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Liberia: UN agencies fear dwindling supplies cannot meet growing relief needs

Liberia: UN agencies fear dwindling supplies cannot meet growing relief needs

As the wave of violence that has rocked West Africa for months now sweeps through Liberia - displacing thousands of terrified families and stranding countless refugees in its wake - United Nations aid agencies today said they fear the supplies they have will not be enough to meet growing needs.

According to the UN Office for the Coordination of Humanitarian Affairs (OCHA), widespread fighting in western, northern and eastern Liberia is cutting off those most in need from humanitarian aid. At the same time, that violence has sparked fresh waves of internal displacement and refugee movement, which aid agencies fear may outstrip their already dwindling supplies.

The UN is also seriously concerned over the security of humanitarian personnel. Many of the 200 humanitarian workers who lost contact with their respective offices during heavy fighting around the eastern town of Zwedru on 27 March, remain unaccounted for. The environment in the area has become so dangerous that many aid agencies have had to withdraw their workers.

Fighting in the eastern part of the country has placed civilians, including refugees fleeing conflict in neighbouring Côte d'Ivoire at risk, OCHA said. An increasing number of Liberians are also being forced to flee within their own borders, many for the second or third time. Fighting near the northern town of Gbarnga has displaced more than 20,000 people, who then sought shelter in Ganta. When fighting spread to Ganta, some 15,000 of these new arrivals were forced to flee again, along with some 30,000 residents of that town.

According to OCHA, thousands of these people have now fled into neighbouring Guinea. In addition, a recent attack by Liberians United for Reconciliation and Democracy (LURD) rebels at a centre for internally displaced persons (IDP) close to Monrovia drove some 25,000 people out of their temporary shelter.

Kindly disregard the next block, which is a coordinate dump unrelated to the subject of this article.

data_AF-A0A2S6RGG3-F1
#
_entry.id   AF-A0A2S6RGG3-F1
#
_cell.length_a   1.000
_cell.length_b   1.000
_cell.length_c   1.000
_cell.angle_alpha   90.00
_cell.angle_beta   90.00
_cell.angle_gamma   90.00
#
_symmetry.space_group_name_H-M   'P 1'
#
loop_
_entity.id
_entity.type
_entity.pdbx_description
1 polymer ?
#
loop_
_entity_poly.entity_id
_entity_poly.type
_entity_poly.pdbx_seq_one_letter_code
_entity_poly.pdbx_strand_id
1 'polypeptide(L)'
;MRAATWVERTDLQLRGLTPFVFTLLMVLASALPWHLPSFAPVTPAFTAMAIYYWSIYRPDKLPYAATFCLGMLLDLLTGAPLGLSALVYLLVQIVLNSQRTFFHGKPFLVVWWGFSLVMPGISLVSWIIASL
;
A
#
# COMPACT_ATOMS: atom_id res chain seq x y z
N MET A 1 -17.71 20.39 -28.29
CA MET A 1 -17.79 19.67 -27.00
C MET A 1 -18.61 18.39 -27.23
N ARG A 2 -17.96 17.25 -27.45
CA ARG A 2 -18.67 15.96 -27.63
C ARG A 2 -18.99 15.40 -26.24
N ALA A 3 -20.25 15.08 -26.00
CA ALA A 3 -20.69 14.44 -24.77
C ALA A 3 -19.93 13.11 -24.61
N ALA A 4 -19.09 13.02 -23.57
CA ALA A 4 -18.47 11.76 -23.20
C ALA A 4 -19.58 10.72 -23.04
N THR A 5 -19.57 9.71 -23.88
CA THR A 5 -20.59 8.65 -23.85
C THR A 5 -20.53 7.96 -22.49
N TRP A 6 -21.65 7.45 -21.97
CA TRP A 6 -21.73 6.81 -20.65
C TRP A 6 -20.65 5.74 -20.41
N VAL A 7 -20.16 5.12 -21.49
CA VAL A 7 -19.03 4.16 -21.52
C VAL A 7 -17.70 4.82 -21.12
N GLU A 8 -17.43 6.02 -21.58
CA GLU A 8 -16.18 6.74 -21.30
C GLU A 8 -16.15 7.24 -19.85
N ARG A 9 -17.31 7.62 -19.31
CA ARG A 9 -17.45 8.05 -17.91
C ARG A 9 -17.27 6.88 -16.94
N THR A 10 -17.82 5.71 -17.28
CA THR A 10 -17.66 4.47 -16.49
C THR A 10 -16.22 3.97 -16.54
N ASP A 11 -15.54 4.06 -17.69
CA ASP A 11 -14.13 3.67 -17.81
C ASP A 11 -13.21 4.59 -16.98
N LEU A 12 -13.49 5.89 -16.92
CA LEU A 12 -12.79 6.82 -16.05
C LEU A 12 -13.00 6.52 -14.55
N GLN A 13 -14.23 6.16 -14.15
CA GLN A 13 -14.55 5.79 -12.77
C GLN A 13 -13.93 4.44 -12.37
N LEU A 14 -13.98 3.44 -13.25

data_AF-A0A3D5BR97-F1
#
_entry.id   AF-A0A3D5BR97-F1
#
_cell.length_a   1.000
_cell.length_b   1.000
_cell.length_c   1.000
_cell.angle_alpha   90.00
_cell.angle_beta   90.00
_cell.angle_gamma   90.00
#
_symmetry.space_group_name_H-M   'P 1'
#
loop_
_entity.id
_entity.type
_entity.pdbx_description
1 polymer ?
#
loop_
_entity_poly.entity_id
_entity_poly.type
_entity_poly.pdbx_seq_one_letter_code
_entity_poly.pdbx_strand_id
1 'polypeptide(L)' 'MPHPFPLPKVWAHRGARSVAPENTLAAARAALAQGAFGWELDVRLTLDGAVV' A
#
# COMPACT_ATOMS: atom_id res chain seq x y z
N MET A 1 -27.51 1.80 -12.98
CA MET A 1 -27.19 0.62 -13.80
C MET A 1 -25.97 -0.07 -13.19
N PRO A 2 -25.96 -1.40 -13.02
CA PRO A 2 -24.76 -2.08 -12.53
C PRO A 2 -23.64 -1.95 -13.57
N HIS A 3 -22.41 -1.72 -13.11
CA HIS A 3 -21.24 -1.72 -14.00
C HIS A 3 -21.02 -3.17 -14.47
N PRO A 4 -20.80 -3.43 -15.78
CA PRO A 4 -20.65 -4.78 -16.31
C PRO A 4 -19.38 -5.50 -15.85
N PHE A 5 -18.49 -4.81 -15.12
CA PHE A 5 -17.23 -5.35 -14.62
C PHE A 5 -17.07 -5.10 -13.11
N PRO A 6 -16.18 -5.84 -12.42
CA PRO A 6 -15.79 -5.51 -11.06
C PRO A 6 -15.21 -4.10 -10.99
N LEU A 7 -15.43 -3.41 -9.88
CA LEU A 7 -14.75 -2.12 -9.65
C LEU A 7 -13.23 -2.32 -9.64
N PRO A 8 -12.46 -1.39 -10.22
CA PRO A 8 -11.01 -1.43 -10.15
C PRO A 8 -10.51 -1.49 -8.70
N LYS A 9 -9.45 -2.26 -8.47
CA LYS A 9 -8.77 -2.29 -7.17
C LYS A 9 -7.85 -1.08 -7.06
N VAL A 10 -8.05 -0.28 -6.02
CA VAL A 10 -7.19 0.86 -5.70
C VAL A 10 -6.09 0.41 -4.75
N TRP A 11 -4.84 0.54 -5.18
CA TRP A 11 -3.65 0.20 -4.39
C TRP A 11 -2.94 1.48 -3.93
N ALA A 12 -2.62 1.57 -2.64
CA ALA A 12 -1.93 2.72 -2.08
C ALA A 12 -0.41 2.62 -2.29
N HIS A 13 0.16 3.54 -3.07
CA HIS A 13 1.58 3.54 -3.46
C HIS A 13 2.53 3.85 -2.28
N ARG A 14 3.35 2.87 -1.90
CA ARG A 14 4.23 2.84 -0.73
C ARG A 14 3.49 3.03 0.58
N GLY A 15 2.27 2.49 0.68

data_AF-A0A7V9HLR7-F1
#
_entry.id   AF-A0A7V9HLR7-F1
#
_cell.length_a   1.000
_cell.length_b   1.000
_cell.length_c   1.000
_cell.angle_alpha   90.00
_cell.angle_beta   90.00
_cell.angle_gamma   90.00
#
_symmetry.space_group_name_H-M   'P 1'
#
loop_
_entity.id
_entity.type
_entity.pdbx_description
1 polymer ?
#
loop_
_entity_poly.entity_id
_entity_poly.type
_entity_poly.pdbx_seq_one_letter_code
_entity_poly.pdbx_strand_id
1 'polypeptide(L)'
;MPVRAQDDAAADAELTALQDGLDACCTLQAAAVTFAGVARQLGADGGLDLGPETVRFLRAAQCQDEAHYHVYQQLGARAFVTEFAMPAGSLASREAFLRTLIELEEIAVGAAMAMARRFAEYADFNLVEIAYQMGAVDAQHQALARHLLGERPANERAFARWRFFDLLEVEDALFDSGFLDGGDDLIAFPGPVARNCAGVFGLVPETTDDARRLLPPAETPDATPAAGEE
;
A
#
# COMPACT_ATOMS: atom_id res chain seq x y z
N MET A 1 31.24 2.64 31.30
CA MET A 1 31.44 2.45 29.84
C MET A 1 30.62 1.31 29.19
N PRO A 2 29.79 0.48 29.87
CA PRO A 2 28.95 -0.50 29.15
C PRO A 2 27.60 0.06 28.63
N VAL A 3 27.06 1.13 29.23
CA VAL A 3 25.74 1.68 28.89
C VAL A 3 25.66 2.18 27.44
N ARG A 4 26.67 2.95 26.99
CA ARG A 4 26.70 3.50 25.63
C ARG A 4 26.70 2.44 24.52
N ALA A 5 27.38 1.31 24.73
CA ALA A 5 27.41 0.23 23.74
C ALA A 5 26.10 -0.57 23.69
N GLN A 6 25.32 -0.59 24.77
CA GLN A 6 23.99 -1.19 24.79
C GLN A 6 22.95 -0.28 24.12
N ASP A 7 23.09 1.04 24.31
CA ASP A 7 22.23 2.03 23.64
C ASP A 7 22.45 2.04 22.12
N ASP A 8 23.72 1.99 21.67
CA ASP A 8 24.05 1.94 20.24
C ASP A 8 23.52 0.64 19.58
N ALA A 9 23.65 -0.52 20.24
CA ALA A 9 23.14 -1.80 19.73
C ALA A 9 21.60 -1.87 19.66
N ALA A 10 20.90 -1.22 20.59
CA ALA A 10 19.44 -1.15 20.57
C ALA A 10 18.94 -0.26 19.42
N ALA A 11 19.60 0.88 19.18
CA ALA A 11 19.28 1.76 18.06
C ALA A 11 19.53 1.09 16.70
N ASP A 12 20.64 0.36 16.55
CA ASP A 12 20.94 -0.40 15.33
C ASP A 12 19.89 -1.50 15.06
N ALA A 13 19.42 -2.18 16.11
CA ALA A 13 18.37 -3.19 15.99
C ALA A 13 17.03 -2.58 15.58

Poor security, and the resulting fluid movements of vulnerable populations it causes, also leaves humanitarian workers unable to reach people in need in the most affected areas. Emergency interventions have become more difficult, and planned health care initiatives like vaccinations against measles have been postponed. Where access is possible - mainly near Monrovia - humanitarian agencies are running low on supplies. Shortages have also prompted the World Food Programme (WFP) to reduce its April and May food rations.

Aid agencies fear supply shortfalls will soon become worse because programmes for food, shelter, emergency health, and human rights protection have not received any contributions. Donors have so far provided just 2 per cent of the $42.6 million in funding required under the 2003 UN Consolidated Inter-Agency Appeal for Liberia. UN humanitarian agencies in Liberia continue to urge donors to enable them to assist vulnerable Liberians by funding the Appeal.